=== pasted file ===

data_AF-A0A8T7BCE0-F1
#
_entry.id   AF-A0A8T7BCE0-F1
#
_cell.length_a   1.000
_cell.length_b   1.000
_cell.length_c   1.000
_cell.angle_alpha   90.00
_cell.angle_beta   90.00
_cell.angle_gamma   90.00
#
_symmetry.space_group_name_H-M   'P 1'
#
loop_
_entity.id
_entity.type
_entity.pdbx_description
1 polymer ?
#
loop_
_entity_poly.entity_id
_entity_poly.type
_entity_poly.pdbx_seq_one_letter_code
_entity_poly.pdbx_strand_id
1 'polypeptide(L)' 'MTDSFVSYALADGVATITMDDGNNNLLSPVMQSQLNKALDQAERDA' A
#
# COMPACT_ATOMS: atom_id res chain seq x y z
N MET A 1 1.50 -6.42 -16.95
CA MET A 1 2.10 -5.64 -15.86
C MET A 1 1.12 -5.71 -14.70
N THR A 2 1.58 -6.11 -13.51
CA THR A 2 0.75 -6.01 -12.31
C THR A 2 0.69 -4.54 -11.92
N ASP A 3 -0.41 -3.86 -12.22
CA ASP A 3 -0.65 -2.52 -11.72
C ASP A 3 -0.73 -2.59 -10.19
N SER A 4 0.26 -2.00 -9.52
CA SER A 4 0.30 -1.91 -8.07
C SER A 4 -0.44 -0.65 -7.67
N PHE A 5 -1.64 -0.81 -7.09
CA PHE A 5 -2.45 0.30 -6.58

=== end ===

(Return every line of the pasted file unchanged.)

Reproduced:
data_AF-A0A8T7BCE0-F1
#
_entry.id   AF-A0A8T7BCE0-F1
#
_cell.length_a   1.000
_cell.length_b   1.000
_cell.length_c   1.000
_cell.angle_alpha   90.00
_cell.angle_beta   90.00
_cell.angle_gamma   90.00
#
_symmetry.space_group_name_H-M   'P 1'
#
loop_
_entity.id
_entity.type
_entity.pdbx_description
1 polymer ?
#
loop_
_entity_poly.entity_id
_entity_poly.type
_entity_poly.pdbx_seq_one_letter_code
_entity_poly.pdbx_strand_id
1 'polypeptide(L)' 'MTDSFVSYALADGVATITMDDGNNNLLSPVMQSQLNKALDQAERDA' A
#
# COMPACT_ATOMS: atom_id res chain seq x y z
N MET A 1 1.50 -6.42 -16.95
CA MET A 1 2.10 -5.64 -15.86
C MET A 1 1.12 -5.71 -14.70
N THR A 2 1.58 -6.11 -13.51
CA THR A 2 0.75 -6.01 -12.31
C THR A 2 0.69 -4.54 -11.92
N ASP A 3 -0.41 -3.86 -12.22
CA ASP A 3 -0.65 -2.52 -11.72
C ASP A 3 -0.73 -2.59 -10.19
N SER A 4 0.26 -2.00 -9.52
CA SER A 4 0.30 -1.91 -8.07
C SER A 4 -0.44 -0.65 -7.67
N PHE A 5 -1.64 -0.81 -7.09
CA PHE A 5 -2.45 0.30 -6.58